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|Articles - July 2010|
|Friday, June 25, 2010|
The TV show Leverage has brought Portland more than fame and the fun factor of having Timothy Hutton walking around downtown. It put $20 million into the local economy.
The show’s second season, which filmed in Portland in 2009, employed 397 Oregonians for 150,000 hours, and contracted for services with more than 400 vendors and agencies.
Leverage is filming and airing its third season now, and plans to stay in Portland as long as it’s signed for more episodes and state incentives are still available. The show’s producers filmed season one in Los Angeles and decided to move for season two. The production moved to Portland instead of Vancouver, B.C., because of Portland’s friendliness, local talent and great shooting sites.
Leverage got almost $4 million in rebates for the more than $20 million of goods, services and labor it purchased during its second season, according to the Governor’s Office of Film and Television. The state gives a 20% rebate on goods and services purchased, and a 16.2% rebate for salaries paid to Oregonians.
Leverage’s executive producer Dean Devlin says there’s also a “trickle-up” impact when businesses contracted with Leverage spend their cash. “It really is the ultimate stimulus program.”
David Besaw of 52nd Ave Hardware & Business Supply says he was looking at cutting staff and health insurance, but a Leverage contract for the third season saved his business. “We were able to hire two more full-time employees,” says Besaw.
“In some cities people are jaded with filming,” says Devlin. “In Portland, people bring us milk and cookies.”
Tuesday, May 26, 2015
BY JASON E. KAPLAN | STAFF PHOTOGRAPHER
New Jersey and Oregon are the only two states in the U.S. that ban self serve gas stations. But these two holdouts may be ready to give up the game. New Jersey is considering legislation that would lift the state's ban on pumping your own gas. Oregon is considering smaller scale changes.
Thursday, June 18, 2015
Fireworks are a booming industry, even if the pyrotechnics have turned July 4th into a day fire marshals, and many residents, love to hate.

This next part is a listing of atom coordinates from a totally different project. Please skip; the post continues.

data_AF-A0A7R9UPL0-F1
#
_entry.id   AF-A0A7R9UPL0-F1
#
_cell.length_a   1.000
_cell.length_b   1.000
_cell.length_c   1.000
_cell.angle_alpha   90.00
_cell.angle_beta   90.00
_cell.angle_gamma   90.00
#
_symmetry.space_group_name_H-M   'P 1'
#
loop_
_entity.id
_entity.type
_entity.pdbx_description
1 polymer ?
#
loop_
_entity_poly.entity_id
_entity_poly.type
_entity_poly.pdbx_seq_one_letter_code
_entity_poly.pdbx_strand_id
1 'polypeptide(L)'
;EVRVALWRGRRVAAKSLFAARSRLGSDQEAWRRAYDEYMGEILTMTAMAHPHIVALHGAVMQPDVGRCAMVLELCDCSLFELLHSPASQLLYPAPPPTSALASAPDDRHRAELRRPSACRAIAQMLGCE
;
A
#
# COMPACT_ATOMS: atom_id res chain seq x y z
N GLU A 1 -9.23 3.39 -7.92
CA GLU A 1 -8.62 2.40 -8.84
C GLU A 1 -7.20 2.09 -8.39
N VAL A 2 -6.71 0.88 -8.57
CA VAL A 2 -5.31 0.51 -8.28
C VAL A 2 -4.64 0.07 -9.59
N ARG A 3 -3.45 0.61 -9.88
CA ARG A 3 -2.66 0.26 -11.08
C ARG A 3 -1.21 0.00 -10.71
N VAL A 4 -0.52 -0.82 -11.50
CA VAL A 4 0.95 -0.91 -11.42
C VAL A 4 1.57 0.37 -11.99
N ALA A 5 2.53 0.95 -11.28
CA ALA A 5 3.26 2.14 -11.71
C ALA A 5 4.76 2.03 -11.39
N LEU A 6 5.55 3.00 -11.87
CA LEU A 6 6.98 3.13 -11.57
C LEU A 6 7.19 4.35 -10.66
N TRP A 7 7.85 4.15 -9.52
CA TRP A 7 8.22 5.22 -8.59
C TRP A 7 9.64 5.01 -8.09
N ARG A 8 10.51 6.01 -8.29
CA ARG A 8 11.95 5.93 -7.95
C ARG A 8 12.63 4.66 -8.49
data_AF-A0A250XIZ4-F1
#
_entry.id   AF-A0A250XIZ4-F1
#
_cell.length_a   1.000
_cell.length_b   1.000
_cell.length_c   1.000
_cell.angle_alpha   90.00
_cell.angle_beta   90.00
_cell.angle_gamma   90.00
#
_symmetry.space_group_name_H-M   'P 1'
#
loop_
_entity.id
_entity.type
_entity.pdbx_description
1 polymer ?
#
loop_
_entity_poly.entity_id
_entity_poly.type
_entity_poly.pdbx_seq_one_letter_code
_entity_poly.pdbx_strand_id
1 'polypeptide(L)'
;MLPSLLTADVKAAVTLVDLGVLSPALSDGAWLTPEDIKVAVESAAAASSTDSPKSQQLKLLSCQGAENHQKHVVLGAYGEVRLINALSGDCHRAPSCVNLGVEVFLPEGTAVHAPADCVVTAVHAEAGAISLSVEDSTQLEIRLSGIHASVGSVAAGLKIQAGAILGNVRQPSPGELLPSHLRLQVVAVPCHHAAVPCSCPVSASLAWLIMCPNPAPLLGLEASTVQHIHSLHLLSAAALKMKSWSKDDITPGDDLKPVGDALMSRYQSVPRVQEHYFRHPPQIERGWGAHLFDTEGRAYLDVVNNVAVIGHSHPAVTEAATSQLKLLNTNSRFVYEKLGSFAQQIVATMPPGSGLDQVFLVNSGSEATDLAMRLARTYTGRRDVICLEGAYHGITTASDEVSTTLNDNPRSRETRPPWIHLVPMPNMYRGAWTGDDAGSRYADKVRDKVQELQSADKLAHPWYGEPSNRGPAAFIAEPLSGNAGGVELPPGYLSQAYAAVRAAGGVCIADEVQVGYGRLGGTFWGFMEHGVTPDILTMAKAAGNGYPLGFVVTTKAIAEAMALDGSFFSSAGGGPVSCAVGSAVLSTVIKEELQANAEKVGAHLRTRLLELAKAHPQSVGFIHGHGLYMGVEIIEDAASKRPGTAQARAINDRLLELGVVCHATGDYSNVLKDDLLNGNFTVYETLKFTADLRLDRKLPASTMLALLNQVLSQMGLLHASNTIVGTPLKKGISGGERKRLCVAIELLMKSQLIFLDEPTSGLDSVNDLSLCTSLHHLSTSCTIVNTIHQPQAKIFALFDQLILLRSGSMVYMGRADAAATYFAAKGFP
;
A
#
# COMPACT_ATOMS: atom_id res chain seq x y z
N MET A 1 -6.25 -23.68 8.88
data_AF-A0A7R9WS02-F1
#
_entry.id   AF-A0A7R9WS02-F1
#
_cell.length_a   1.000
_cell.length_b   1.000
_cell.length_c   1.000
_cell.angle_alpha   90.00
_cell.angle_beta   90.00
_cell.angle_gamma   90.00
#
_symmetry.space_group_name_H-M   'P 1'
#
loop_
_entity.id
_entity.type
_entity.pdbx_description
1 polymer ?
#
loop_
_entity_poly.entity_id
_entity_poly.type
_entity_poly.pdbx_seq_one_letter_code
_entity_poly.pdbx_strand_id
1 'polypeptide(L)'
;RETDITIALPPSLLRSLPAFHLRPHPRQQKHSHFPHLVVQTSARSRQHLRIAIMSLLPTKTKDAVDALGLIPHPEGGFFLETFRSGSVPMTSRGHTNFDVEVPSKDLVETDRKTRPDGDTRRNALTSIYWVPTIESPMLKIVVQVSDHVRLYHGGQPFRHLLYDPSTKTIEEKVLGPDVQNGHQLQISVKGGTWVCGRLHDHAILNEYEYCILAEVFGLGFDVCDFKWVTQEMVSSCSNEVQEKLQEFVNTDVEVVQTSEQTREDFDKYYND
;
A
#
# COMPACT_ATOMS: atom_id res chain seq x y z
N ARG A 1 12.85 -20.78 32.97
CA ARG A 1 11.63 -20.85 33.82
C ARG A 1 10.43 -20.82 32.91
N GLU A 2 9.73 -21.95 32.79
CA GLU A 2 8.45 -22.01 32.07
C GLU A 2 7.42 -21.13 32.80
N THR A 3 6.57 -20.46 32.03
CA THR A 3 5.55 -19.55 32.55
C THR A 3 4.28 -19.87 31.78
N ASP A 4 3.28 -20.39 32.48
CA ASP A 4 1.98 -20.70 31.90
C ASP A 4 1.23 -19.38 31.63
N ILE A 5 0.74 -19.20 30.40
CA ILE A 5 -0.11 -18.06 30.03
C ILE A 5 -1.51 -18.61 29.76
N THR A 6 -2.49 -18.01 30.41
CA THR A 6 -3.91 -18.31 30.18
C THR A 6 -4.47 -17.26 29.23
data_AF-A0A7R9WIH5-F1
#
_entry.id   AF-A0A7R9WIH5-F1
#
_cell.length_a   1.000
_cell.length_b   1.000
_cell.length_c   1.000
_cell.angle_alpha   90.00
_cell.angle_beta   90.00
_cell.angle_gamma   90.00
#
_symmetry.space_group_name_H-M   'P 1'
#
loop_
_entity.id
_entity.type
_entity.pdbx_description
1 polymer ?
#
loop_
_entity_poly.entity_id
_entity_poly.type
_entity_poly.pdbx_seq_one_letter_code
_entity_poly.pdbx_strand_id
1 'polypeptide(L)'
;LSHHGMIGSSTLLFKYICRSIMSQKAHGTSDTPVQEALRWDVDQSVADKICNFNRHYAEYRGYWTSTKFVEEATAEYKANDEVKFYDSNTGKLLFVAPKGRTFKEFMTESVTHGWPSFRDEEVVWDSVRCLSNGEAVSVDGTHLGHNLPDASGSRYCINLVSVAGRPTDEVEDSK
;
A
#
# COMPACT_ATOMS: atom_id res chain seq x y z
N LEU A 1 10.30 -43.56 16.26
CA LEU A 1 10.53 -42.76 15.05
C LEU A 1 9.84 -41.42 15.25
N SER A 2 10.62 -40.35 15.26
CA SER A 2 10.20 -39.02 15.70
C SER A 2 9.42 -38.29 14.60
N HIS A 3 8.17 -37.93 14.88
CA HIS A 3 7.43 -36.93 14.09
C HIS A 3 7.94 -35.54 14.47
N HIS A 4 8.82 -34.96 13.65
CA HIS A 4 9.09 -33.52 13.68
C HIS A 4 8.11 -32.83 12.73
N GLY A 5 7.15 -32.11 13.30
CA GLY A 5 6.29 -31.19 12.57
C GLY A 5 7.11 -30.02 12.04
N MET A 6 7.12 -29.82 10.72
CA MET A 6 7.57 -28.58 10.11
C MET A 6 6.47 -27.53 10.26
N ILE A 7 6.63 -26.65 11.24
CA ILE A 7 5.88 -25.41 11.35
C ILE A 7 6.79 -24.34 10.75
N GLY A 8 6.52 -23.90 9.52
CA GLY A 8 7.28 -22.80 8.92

Thursday, May 28, 2015
BY LINDA BAKER | EDITOR
Reinventing capitalism. Office dumpster divers. Handprints versus carbon footprints.
Wednesday, May 27, 2015
PHOTOS BY JASON E. KAPLAN
Oregon Business celebrated the 100 Best Green Workplaces with an awards luncheon yesterday at the Nines Hotel in downtown Portland.
Wednesday, June 03, 2015
As part of our green workplaces story, Oregon Business checked out a community service project undertaken by Portland Youth Builders, a nonprofit alternative high school. In partnership with Whole Foods, PYB built garden boxes for a Home Forward housing site. Home Forward is a government agency that provides housing for low income residents and people with disabilities.
Friday, May 22, 2015
BY AMY MILSHTEIN
Floor plans embrace the great wide open.
Tuesday, May 26, 2015
BY LINDA BAKER
Spring rains are the bane of an Oregon cherry farmer’s existence. Even a few sprinkles can crack the fruit so badly it’s not worth picking. Science to the rescue: Researchers at Oregon State University have developed a spray-on film that cuts rain-related cracking in half, potentially saving a season’s crop. The coating, patented as SureSeal, is made from natural chemicals similar to those found in the skins of cherries: cellulose, palm oil-based wax and calcium.
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Tonkon Torp helps seed sustainability at Gunderson.
Oregon-based Environments helps companies create inspired workspaces. “Simply put, we help companies future-proof their workspaces,” says Chris Corrado, president. Since 1988,Environments has witnessed firsthand the changing landscape of business. Native Portlander and Environments founder Corrado says, “We help our clients navigate the complex realities of the workplace today and plan for their future in a very mindful, strategic way. We think of ourselves as their partners in the process.”
One hundred years ago, the Willamette River might easily have been mistaken for a sewer. Unchecked industrial activity and decades of pollution made it unrecognizable compared to the clean river that now flows north for 187 miles from Eugene through the center of Portland.
3 Degrees Event Celebrates 5th Year Bringing Nonprofit and Business Professionals Together to Benefit Portland.
Bend energy leader brings passion for efficiency and renewable energy to the nonprofit.
Event in Forest Grove marks recognition of Global Food Safety Initiative Certification.